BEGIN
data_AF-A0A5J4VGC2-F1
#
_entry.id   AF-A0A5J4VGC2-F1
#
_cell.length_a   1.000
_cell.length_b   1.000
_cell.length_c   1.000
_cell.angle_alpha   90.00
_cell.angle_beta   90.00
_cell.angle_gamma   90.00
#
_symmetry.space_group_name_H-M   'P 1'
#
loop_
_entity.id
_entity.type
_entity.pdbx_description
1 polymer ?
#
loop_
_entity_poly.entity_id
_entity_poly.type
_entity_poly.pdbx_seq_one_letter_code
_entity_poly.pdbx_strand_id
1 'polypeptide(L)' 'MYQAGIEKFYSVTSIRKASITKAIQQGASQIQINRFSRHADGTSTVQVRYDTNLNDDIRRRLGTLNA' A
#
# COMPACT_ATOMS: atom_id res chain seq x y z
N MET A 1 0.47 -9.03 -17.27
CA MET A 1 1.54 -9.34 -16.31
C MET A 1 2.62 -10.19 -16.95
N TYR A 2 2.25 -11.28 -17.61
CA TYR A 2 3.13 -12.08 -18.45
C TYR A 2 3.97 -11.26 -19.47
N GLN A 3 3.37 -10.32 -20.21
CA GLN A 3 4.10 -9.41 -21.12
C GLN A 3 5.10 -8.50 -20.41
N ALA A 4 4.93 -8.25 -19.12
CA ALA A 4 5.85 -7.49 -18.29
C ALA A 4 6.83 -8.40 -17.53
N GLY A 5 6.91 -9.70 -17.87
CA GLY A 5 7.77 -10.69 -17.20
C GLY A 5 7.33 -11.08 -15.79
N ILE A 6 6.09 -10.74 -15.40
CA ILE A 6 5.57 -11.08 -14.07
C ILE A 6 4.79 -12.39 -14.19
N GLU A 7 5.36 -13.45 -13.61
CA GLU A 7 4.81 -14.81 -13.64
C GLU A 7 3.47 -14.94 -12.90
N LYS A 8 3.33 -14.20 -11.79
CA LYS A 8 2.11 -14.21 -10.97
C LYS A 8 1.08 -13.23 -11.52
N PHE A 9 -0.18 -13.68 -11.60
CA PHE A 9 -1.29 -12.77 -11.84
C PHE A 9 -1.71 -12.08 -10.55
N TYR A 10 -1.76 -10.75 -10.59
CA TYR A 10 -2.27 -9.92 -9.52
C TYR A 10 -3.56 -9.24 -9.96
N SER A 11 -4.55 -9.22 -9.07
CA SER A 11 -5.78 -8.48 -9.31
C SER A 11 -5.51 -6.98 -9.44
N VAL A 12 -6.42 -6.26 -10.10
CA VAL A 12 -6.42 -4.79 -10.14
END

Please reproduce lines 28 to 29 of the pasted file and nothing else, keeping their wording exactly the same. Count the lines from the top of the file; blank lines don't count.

N MET A 1 0.47 -9.03 -17.27
CA MET A 1 1.54 -9.34 -16.31